Hello, Movie Buffs!
Growing up Jeremy Camp ( KJ Apa) did have much but he always had the love of his family (Shania Twain & Gary Sinise), who supported his dream of a musical career. After graduating high school in 1999, he leaves his Indiana home to go to a Christian college in California where he meets a girl named Melissa Henning (Britt Robertson). Their relationship is not an easy one and early on they are faced with life-altering decisions when Melissa gets sick but despite all that Jeremy knows that she is the one and chooses to stand by her side no matter what. Through the twists and turns, they discover that God is always present in the midst of suffering and that he turns all things around for our good. Directed by the Erwin Brothers (I Can Only Imagine, Mom’s Night Out) and based off of the memoir of the same name by Jeremy Camp, I Still Believe (2020) a faith-based romance drama about the remarkable true story of Christian singer, Jeremy Camp’s journey of love, loss, healing, hope, and faith.
This is the Erwin Brothers’ latest Christian music biopic after the success of I Can Only Imagine, which follows the story of the Christian band MercyMe's lead singer. The story talks about living outside of fear, which is a strong message that can sometimes be lost on people because they don’t know how to see beyond their current circumstances. However, this film tells in a way that allows the audience to connect with it and feel as though they're being spoken to personally. The main takeaway from I Still Believe is that you can meet anything head-on with faith and you don’t need to be some big Christian superstar to do that, you just have to be the person that God made you be and be receptive to his Word. It’s about remaining faithful to God not only when miracles happen but even when the enemy tries to attack you because he makes all things work together for my good (Romans 8:28). This is a story about how a couple’s journey of faith-inspired people to renew theirs and know that no matter how hard things get God will always be there with you. Right in the middle of the fire with you. And considering everything that's going on in the outside world, people need mature and clean stories about things that matter, things that will lift their faith and build their hope, especially those who don’t know any better.
The filmmakers are not subtle in foreshadowing what’s about to happen in each scene, but that doesn’t take away from the richness and intimate nature of the story. The video quality, cinematography, and audio are cleverly and creatively artistic. The film’s soundtrack seamlessly integrates Jeremy Camp’s music in a way that enhances the audience’s experience but doesn’t turn it into a product placement show. In addition to the visuals and music, the film’s editing is incredible. The film is split into three sections that are each of a completely different tone but it's all weaved together into one cohesive film that will resound with many viewers for generations to come. The first act is light and fun, the main characters are practically on top of the world, it's young and innocent. The second act is more mature and serious, there are some moments that try to lighten things up but it eventually ends on an ominous and serious note. The final act is heartbreaking at first but soon the characters start to heal and then end on a hopeful note. This was a story that was difficult to properly present due to its scope, but the filmmakers handled the editing like professionals with respect and sensitivity.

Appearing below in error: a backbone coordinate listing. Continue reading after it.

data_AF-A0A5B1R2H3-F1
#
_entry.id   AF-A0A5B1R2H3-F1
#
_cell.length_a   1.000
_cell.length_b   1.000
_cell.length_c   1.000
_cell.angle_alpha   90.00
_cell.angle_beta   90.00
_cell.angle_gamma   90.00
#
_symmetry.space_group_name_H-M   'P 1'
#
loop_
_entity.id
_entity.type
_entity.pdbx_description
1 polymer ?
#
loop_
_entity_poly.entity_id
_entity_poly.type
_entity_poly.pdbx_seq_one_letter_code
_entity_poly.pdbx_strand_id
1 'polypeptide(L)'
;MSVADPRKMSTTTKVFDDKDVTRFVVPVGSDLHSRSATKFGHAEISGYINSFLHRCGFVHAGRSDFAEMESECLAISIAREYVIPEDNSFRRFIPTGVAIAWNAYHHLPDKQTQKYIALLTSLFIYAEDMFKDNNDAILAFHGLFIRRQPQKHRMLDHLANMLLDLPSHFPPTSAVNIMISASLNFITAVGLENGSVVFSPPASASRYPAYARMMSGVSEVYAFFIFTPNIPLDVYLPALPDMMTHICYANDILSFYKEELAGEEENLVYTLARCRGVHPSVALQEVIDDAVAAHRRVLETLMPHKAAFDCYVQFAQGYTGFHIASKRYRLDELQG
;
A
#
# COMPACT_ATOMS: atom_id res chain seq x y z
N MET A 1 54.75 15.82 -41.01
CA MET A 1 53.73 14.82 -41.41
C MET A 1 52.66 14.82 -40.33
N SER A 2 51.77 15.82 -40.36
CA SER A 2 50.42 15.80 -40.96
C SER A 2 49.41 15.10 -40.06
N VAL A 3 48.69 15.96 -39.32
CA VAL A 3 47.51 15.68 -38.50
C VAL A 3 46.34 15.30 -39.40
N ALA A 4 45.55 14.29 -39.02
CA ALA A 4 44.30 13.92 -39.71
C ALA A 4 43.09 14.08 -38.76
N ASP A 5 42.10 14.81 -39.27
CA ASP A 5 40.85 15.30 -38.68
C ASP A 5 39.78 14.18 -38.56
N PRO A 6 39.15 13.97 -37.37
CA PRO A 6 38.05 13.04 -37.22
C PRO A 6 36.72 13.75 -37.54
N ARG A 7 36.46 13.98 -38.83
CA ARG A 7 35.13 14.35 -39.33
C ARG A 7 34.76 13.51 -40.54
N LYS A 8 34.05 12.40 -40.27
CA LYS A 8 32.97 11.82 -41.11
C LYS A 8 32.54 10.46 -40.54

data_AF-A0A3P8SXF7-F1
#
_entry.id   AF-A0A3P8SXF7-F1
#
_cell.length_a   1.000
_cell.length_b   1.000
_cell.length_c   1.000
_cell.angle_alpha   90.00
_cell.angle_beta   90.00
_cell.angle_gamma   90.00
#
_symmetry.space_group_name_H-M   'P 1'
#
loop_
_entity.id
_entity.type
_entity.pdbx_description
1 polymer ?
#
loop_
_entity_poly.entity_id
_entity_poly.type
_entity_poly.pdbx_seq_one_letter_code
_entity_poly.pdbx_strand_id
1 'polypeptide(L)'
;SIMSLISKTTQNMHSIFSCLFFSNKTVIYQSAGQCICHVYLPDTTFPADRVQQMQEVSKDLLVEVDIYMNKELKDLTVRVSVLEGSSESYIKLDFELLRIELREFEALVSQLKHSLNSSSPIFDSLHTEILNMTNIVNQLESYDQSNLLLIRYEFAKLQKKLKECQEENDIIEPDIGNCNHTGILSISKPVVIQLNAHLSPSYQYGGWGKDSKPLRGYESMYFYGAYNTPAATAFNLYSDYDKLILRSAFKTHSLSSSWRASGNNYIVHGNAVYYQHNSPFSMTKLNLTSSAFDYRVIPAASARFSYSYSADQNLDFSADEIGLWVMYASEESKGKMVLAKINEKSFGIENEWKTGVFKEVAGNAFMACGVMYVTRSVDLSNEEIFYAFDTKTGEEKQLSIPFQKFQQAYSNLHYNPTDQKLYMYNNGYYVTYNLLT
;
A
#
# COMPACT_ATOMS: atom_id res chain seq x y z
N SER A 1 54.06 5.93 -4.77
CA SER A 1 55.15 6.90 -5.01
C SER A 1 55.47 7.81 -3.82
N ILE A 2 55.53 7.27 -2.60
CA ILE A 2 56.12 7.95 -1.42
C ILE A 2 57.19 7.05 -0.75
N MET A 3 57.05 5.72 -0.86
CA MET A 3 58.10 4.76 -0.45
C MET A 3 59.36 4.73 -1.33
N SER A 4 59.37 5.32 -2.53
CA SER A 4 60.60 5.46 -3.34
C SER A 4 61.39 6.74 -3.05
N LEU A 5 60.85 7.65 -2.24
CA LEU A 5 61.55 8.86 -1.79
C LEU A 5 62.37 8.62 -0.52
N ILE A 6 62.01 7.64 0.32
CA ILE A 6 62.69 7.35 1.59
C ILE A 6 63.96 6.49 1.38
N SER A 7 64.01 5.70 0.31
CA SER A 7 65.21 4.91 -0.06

The cast performances are incredible throughout. KJ Apa (Riverdale), a young Samoan-Kiwi actor from New Zealand, brings a lot of charisma to his performance as Jeremy Camp. Here he gets to showcase his musical talent by being featured in several songs and playing the guitar for the role. Although Apa garnered fame in America by appearing as lead character Archie Andrews on the near-soap opera/cartoon TV series Riverdale, he is an incredible actor who understands how to project a wide range of emotional depth that allows for him to bring audiences along on this emotional journey. Britt Robertson (For the People) beautifully balances herself between love and anger and grief as Melissa Lynn Henning-Camp. Robertson most excels when she gets to interact with more emotional content and her character’s professions of faith help to anchor the film in certain difficult scenes. Together Robertson and Apa have great chemistry together but this is no surprise considering that they acted as love interests in A Dog’s Purpose (2017), where they also had great chemistry. The rest of the supporting cast - Gary Sinise (Sgt. Will Gardner) as Jeremy's father Tom; Shania Twain (singer/songwriter) as Jeremy's mother Terry; Melissa Roxburgh (Manifest) as Melissa's sister Heather; Nathan Parsons (Roswell: New Mexico) as Melissa friend and The Kray lead singer, Jean-Luc; Abigail Cowen (Stranger Things, Chilling Adventures of Sabrina) as Jeremy's second wife Adrienne - all performed great and while their roles were small or limited that didn’t stop them from being heard.
Overall, I Still Believe (2020) is an entertaining faith-based music biopic that stands apart from most romantic dramas of its kind because it mixes realness and raw emotion with a wonderful story about hope, faith, and love that God has given us. The visuals and soundtrack were beautiful, while the cast performances were solid and impactful throughout. If you enjoyed the Erwin Brothers' faith-based film I Can Only Imagine (2017) then you're going to enjoy I Still Believe. This is an inspirational and powerful love story that you don’t want to miss.
Final Vote --- 8 of 10 stars
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